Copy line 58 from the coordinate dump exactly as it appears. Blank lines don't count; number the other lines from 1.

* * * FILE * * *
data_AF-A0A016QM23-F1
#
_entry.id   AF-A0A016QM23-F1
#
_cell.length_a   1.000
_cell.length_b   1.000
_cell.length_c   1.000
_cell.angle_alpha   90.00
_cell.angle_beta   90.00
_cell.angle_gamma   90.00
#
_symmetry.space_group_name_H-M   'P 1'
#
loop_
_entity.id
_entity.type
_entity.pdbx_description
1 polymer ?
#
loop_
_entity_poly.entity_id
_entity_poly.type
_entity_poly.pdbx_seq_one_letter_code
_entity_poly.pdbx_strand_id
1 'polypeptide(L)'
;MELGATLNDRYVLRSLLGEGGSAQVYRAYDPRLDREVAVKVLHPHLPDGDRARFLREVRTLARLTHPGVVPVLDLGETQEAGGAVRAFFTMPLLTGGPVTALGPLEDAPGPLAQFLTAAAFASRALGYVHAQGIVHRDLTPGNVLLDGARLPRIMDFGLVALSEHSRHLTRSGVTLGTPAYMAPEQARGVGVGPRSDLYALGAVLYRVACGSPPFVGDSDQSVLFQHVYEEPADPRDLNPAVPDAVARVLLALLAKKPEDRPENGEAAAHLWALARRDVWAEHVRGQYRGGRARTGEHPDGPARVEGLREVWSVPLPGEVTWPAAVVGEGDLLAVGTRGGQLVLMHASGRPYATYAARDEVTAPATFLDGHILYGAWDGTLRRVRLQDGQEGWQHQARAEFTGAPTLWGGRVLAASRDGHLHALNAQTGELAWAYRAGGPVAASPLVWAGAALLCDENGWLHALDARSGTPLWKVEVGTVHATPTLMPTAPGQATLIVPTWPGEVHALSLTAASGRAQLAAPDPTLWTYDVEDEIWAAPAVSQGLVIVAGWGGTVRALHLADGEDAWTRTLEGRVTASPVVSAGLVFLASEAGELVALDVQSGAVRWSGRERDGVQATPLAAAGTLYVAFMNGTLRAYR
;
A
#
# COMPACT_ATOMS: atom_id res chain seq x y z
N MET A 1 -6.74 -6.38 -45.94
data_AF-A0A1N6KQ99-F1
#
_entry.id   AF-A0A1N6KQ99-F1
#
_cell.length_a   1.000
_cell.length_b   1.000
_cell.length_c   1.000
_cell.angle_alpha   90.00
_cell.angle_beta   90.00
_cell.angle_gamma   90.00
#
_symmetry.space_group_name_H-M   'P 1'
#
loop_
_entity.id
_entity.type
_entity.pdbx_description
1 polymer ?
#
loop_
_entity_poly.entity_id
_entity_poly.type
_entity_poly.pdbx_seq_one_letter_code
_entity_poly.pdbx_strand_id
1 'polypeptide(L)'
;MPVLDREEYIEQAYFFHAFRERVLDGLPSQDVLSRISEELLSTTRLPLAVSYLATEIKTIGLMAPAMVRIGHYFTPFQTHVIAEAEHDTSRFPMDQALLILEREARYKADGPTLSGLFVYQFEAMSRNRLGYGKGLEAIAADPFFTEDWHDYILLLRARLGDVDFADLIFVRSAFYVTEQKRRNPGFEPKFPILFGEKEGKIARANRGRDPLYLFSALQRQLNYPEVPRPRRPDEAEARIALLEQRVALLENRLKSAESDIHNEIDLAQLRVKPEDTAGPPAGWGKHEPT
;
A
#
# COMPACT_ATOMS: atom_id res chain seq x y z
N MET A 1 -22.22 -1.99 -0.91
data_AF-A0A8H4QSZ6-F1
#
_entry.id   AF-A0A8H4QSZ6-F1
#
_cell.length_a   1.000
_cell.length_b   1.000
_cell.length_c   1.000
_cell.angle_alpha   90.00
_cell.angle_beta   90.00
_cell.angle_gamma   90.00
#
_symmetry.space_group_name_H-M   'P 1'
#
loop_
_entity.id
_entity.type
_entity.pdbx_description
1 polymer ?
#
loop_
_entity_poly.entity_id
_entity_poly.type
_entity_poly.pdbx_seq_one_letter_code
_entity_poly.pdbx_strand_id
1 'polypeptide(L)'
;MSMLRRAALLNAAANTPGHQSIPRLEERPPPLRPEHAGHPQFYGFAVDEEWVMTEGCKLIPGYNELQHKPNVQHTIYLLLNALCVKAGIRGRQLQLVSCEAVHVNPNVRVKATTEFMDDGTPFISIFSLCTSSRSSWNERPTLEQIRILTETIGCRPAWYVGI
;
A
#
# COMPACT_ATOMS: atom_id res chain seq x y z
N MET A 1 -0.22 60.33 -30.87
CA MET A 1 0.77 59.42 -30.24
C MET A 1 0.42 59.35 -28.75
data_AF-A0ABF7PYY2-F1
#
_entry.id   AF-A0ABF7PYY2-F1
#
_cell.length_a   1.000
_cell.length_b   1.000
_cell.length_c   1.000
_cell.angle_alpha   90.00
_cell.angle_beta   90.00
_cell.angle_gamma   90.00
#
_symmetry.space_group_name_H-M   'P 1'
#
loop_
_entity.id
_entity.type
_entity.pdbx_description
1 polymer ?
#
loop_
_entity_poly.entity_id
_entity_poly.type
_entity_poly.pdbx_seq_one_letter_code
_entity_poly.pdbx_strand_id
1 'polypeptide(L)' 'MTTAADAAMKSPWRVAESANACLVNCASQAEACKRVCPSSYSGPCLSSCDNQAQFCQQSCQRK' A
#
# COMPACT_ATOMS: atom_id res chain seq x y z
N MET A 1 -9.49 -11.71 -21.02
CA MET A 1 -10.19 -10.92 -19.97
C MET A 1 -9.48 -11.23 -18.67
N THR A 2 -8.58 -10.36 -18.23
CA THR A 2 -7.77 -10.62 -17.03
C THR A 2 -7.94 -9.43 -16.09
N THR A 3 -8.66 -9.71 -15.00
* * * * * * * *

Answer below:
;